young man seeing

This morning I’m watching a young guy sketch people on the subway.  I’m an observer of an observer.  I’m captivated by his surreptitious search for detail and the subsequent concentration in getting what he sees onto the page of his sketchbook.

I get to imagining what the young man’s eyes are seeing in the short amount of time he has to create the images.  Line?  Space?  Plane?  Perspective?   Or is he, like I so often am, imagining what lies beneath the surface – what is it about that changing furrow in a brow, that curl of a lip, what thoughts are washing over that face looking at itself in a window’s reflection? 

The artist is young enough that I can guess he is still at the point of the former, working to strengthen his skill before attempting to convey the layers of his subjects’ humanity into his drawings.  But then I also expect that the more an artist becomes accustomed to seeing, the more evident those layers become.  So what is going on under those lines and planes must be evident at some level of his consciousness.

As I watch him, aspects of tunnel walls and station platforms move in shifting formations in the window behind him, and people move in and out of his space with that air of muted resignation that morning commuters always have.  What I see is a young man in a bubble; a bubble in the middle of a busy transit system, in the middle of rush hour, in the middle of a big city, amongst thousands of people, most of whom are working very hard with various means to ignore and avoid the unpleasantness of experiencing each other.  And I feel grateful to have encountered this one person who is striving to do the opposite – to see them.

And for that, the young man seeing is beautiful thing number 27 of 101.

 

Are you finding it?

9 Comments

  1. Reply
    Marilyn March 22, 2011

    This is beautiful; observing the observer, and so beautifully written.
    It is so true that most people try to avoid all contact – eye contact, verbal contact, emotional contact – with others as they go about their busy lives. A friend and I walk early morning, when the day hasn’t really started, and others are out walking too. It is always possible to tell which ones are on a one-off-have-to-walk-somewhere-early people and others who walk regularly even if we have never crossed paths with them before. The ones in the first category avoid all eye and verbal contact and only grudgingly will reply (grunt) to our cherry hellos. The second group, regular walkers, respond well or are the ones to speak to us first. But later on in the day, all revert to passing quickly and silently, the friendliness doesn’t last all day!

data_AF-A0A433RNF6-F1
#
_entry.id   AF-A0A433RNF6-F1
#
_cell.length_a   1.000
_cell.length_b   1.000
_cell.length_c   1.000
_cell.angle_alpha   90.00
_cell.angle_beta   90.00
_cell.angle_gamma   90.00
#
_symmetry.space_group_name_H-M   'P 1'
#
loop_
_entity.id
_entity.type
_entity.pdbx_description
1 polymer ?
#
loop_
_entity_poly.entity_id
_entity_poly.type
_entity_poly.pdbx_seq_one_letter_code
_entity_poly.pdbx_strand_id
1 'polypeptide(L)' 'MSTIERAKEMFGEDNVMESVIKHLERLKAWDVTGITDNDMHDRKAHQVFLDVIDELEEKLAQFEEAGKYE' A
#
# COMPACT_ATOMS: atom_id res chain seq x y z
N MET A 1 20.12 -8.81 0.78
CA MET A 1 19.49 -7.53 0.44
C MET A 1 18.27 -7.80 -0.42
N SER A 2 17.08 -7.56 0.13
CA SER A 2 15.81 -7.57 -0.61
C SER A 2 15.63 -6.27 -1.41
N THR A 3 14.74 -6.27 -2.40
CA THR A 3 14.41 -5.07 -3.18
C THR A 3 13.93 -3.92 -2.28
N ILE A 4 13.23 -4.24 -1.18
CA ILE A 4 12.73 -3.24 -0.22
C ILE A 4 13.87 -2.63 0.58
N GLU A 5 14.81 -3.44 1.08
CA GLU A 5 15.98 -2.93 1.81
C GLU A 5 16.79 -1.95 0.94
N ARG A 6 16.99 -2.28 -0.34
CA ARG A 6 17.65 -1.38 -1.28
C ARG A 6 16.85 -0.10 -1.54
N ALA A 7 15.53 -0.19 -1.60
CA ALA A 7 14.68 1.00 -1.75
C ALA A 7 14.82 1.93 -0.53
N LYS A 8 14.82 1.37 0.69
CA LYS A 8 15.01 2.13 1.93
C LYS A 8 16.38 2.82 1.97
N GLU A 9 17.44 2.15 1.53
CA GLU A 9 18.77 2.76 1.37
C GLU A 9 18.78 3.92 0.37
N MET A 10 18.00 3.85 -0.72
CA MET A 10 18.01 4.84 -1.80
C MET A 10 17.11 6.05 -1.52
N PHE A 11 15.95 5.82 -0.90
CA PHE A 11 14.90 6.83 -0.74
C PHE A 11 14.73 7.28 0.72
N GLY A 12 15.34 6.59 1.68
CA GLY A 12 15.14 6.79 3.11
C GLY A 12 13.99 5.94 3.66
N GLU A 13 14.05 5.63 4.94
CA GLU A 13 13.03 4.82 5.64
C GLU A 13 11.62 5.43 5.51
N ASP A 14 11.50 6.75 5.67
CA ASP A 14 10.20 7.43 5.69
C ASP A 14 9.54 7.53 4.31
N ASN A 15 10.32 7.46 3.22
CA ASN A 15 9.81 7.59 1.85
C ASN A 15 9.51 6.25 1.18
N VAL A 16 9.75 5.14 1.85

2. Reply
    Jennifer March 22, 2011

    Yes, I find that in my walks too Marilyn – you can tell the ones who will avoid contact from 20 feet away. My mother is an inveterate walker too, and she insists on saying hello to everyone even if she knows they won’t return a hello back.
    Funny that the friendliness doesn’t last all day.
    Years ago I worked in Detroit, Michigan, which is right across a short river span from my (then) city, Windsor, Ontario. Detroit has gone through considerable hard times for many decades, and the city was remarkably different than my own city I left behind each morning. During my walks from the tunnel to my office on the Detroit side, every person I met in the street would say hello to me. I was incredibly heartened by this. It’s true that Americans are less reserved than Canadians, but given that city’s history, I was always inspired by the warmth of the people.

  3. Reply
    Monica March 25, 2011

    Funny, I often end up observing those that are observing… such as street artists. Something about their concentration, their focus. It’s mesmerising to me.

  4. Reply
    Jennifer March 25, 2011

    Hi Monica,
    I love street artists! Indeed, I think they have much to teach us all in terms of their ability to focus in.
    Glad you visited.

  5. Reply
    Susan Tiner March 25, 2011

    This reminded of my sketching days long ago. I never got beyond the stage of trying to reproduce lines and depth. It’s interesting to think about how you might learn to see more and convey it. I too love observing observers :-).

  6. Reply
    kiralık devremülkler March 26, 2011

    thank you. i love to read this type of information posts. again thank you…

  7. Reply
    Jennifer March 26, 2011

    Yes,that’s the hardest stage, I suppose, eh Susan? I’d love to know more about the process… the creative process is of vast interest to me.

  8. Reply
    Jennifer March 26, 2011

    Thanks for visiting!

  9. Reply
    Selma March 27, 2011

    It always makes me do a double take when I see someone actually looking at and taking note of the world. For a moment I wish I could be them just to know what they are thinking and seeing. You describe the scene so well.

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